We visited two Darfuri refugee mothers in camp Kounoungou. It was Felicia and I, and we had no translator. It was such a joy, combined with some sadness, to have them welcome us and show us their homes.
One mother found us walking and immediately gestured excitedly to follow her. We walked through the doorway to her home and then encountered a mud-wall maze. I tried to keep up with her, but after a couple of turns, I lost her. I waited at the last spot I saw her, and she soon came out—fixing a beautiful white scarf on her head.
She called her children over and arranged them next to her, posing for a photograph in front of her room. She was proud and so happy to see herself and her kids in the picture, pointing to each one of them with a smile.
She then motioned us to follow her, and off she went at a fast pace through the maze, out of her home, and through another door frame. After a shorter, less complicated maze, she went inside a room and came out with another woman. She might have been her sister or a neighbor, but within a few minutes, the new woman had her children around her, waiting for a photo.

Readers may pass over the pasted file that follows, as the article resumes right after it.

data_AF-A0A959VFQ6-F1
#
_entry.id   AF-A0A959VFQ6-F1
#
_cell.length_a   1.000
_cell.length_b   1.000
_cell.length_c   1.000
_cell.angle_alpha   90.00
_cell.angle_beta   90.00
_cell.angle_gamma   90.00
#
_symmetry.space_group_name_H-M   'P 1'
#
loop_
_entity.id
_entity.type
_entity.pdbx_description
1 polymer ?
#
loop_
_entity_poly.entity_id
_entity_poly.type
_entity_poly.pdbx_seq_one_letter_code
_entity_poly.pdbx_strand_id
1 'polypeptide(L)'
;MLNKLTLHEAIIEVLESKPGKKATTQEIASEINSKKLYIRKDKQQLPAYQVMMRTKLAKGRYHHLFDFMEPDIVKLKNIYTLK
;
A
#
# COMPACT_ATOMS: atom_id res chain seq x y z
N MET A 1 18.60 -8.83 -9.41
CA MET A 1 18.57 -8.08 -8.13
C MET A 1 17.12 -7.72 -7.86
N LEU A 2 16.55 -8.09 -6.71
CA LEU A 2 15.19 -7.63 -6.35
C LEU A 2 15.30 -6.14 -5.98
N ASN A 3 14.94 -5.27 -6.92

They offered us water, and as usual, we refused as kindly as possible. We asked if we could take pictures around their homes. The mud walls and huts are beautiful, with flowers and other designs painted on them. We looked into their kitchens and other rooms and found a few bags of grain, but not much more food. They must make their reduced rations last for as long as they can, since there are very few opportunities to make an income or grow more food.
We said goodbye, and they thanked us, “Shukran,” as they touched their hearts. I felt guilty because there was nothing to thank us for. I do hope some day their children get to experience ripples of joy, along with kicks and hope.